Rudolf Zahradník Lecture Series

Rudolf Zahradník Lecture Series is a honorary lecture series established in 2013 in honor of the President of the Academy of Sciences of the Czech Republic and the founding chairman of the Learned Society of the Czech Republic. First year speakers of the prestigious lecture series were Prof. Josef Michl (University of Colorado and IOCB AS CR, Editor of Chemical Reviews), Prof. Andrey L. Rogach (City University of Hong Kong, Associate Editor of ACS NANO Journal), Prof. Mark A. Ratner (Northwestern University, Feynman Award in Nanotechnology).

Honorary Medal

Next

Prof. Paolo Fornasiero (University of Trieste, Italy)

Monday, October 16, 2017. 9:30 am
Assembly hall of Faculty of Science, 17. listopadu 12, Olomouc

"Opportunities and challenges of well-defined nanocatalysts"


Abstract:

Heterogeneous catalysis has grown from an art to a science. Numerous catalytic materials are being proposed every day in the literature, with surprising and exciting new reactivities being disclosed, and interesting novel concepts being proposed. The study of catalytic processes starting from better defined materials that are tuned in morphology, composition and shape is opening new perspectives for catalyst design. For example, use of nanocrystals in CO oxidation turned out to be crucially dependent on the interfacial contact of the support (ceria) with the metal nanoparticle active sites [1], while valorization of biomasses were employed as reactants for catalysis by carbon-supported, Pt and PtCo nanocrystals (NCs) with controlled size and composition [2]. A particular type of structure is represented by nanosized core-shell phases, which proved to be superior catalysts in several catalytic reactions, such as methane combustion [3] as well as photocatalytic hydrogen evolution from biomass-derived substrates [4] or electrocatalytic water electrolysis [5] when integrated with multi-walled carbon nanotubes. Every day, nanotechnology applied to heterogeneous catalysts is creating new opportunities for important breakthroughs.

[1] Cargnello, M., Doan-Nguyen, V. VT, Gordon, T. R., Diaz, R. E., Stach, E. A., Gorte, R. J., Fornasiero, P. and Murray, C. B. Science 341 (2013) 771.

[2] Luo, J., Yun, H., Mironenko, A. V., Goulas, K. A., Lee, J. D., Monai, M., Wang, C., Vorotnikov, V., Murray, C. B., Vlachos, D. G., Fornasiero, P. and Gorte, R. J. ACS Catal 6 (2016) 4095.

[3] Cargnello, M., Delgado Jaén, J. J., Hernández Garrido, J. C., Bakhmutsky, K., Montini, T., Calvino Gámez, J. J., Gorte, R. J. and Fornasiero P. Science 337 (2012) 713.

[4] Beltram, A., Melchionna, M., Montini, T., Nasi, L., Fornasiero, P. and Prato, M. Green Chem. 19 (2017) 2379-2389.

[5] Valenti, G., Boni, A., Melchionna, M., Cargnello, M., Nasi, L., Bertoni, G., Gorte, R.J., Marcaccio, M., Rapino, S., Bonchio, M., Fornasiero, P., Prato, M. and Paolucci, F. Nature Commun. (2016) article number: 13549


Past

Arben Merkoçi (Catalan Institute of Nanoscience and Nanotechnology, Spain)

Wednesday, December 14, 2016. 10:00 am
assembly hall of Faculty of Science, 17. listopadu 12, Olomouc

"Nanobiosensors for diagnostics: from plastic to simple paper-based platforms"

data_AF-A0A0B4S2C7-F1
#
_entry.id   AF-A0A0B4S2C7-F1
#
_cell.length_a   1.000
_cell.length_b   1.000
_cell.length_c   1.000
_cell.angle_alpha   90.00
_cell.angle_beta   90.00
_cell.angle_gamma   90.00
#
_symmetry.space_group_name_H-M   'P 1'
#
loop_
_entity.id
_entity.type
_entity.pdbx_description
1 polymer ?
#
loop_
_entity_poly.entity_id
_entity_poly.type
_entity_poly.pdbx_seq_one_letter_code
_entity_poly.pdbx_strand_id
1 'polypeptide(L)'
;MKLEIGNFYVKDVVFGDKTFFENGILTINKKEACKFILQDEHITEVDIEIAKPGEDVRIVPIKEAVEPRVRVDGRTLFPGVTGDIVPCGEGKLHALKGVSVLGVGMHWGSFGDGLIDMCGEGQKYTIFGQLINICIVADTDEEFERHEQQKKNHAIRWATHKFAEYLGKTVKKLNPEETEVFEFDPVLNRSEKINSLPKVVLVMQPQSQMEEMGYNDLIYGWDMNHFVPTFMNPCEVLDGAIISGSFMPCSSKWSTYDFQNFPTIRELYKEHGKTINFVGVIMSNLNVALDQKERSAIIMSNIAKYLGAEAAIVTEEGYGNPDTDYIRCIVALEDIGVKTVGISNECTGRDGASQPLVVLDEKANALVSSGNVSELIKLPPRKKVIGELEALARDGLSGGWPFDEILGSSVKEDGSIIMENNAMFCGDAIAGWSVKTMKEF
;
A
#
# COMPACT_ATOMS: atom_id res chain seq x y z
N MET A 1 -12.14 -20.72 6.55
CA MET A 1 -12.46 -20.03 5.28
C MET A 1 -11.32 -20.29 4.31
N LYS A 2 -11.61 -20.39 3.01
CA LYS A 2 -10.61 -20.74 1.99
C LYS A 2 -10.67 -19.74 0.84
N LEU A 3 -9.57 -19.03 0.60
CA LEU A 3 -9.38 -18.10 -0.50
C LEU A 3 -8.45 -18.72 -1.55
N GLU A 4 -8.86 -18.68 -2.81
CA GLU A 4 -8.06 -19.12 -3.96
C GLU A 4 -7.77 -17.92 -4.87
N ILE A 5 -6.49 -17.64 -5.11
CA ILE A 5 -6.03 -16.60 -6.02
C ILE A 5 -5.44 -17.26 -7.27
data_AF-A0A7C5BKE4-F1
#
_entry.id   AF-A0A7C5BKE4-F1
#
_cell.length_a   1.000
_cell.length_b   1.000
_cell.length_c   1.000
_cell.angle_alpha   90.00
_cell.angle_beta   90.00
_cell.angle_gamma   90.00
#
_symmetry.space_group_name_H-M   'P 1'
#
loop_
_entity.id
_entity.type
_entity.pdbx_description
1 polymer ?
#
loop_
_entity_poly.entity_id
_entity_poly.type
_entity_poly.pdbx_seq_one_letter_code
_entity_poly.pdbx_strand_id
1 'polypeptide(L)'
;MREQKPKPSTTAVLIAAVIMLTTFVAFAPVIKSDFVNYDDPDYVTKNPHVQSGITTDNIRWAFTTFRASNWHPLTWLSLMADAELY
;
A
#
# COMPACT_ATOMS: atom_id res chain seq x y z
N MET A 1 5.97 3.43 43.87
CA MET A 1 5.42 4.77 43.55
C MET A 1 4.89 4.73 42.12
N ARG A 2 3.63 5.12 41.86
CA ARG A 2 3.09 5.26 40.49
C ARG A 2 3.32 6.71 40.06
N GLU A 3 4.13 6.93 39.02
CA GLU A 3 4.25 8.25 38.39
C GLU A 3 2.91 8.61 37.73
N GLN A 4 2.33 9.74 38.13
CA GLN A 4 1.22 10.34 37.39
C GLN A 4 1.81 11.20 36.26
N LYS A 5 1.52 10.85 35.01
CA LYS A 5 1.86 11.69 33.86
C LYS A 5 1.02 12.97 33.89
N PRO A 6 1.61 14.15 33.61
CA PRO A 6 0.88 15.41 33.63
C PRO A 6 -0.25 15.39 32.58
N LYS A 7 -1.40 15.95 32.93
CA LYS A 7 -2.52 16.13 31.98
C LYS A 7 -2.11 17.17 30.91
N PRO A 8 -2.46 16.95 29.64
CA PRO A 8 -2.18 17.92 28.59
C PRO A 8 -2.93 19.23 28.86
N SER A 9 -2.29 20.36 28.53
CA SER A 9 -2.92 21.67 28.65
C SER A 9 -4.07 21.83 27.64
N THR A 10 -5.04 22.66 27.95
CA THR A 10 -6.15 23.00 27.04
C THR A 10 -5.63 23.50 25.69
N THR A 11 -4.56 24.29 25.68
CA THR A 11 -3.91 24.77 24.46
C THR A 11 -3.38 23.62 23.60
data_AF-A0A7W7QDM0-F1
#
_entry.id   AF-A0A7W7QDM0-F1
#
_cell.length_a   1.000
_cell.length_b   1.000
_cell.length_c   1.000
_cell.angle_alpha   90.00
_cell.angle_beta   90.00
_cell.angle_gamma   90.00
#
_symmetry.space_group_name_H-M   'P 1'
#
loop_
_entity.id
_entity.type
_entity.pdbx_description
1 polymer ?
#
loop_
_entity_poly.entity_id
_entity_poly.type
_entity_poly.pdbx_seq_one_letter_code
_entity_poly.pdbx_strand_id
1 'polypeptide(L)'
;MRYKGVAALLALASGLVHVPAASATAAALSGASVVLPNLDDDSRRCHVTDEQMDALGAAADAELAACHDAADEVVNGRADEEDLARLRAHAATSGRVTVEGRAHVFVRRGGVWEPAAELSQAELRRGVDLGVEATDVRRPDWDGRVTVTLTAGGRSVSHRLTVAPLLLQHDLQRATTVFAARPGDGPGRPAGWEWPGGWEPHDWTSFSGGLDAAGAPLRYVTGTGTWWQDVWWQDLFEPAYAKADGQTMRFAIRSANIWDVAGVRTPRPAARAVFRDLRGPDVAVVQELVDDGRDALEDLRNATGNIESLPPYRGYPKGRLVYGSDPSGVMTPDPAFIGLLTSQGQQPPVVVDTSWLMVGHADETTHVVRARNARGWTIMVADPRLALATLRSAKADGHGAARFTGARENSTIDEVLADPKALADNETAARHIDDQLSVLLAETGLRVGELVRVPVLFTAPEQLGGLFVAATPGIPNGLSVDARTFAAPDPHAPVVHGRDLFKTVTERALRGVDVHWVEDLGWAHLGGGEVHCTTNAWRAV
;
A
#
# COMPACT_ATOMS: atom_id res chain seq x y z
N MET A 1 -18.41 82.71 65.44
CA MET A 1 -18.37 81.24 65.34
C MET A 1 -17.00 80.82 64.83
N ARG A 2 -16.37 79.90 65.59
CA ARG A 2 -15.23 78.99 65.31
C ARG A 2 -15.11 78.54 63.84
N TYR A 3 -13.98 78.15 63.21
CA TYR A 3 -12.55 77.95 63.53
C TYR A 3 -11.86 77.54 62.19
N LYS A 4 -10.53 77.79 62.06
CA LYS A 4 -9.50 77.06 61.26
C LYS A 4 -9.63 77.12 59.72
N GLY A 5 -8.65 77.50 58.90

Presentation

Abstract

There is a high demand to develop innovative and cost effective devices with interest for health care beside environment diagnostics, safety and security applications. The development of such devices is strongly related to new materials and technologies being nanomaterials and nanotechnology of special role. We study how new nanomaterials such as nanoparticles, graphene nano/micromotors can be integrated in simple sensors thanks to their advantageous properties. Beside plastic platforms physical, chemical and mechanical properties of cellulose in both micro and nanofiber-based networks combined with their abundance in nature or easy to prepare and control procedures are making these materials of great interest while looking for cost-efficient and green alternatives for device production technologies. Both paper and nanopaper-based biosensors are emerging as a new class of devices with the objective to fulfil the “World Health Organization” requisites to be ASSURED: affordable, sensitive, specific, user-friendly, rapid and robust, equipment free and deliverable to end-users. How to design simple paper-based biosensor architectures? How to tune their analytical performance upon demand? How one can couple nanomaterials such as metallic nanoparticles, quantum dots and even graphene with paper and what is the benefit? How we can make these devices more robust, sensitive and with multiplexing capabilities? Can we bring these low cost and efficient devices to places with low resources, extreme conditions or even at our homes? Which are the perspectives to link these simple platforms and detection technologies with mobile communication? I will try to give responses to these questions through various interesting applications related to protein, DNA and even contaminants detection all of extreme importance for diagnostics, environment control, safety and security.

Prof. Toshiaki Enoki, PhD (Tokyo Institute of Technology, Japan)

Monday, October 17, 2016, 12:15 pm
assembly hall of Faculty of Science, 17. listopadu 12, Olomouc

"Molecular science of graphene nanostructures"


Presentation

Abstract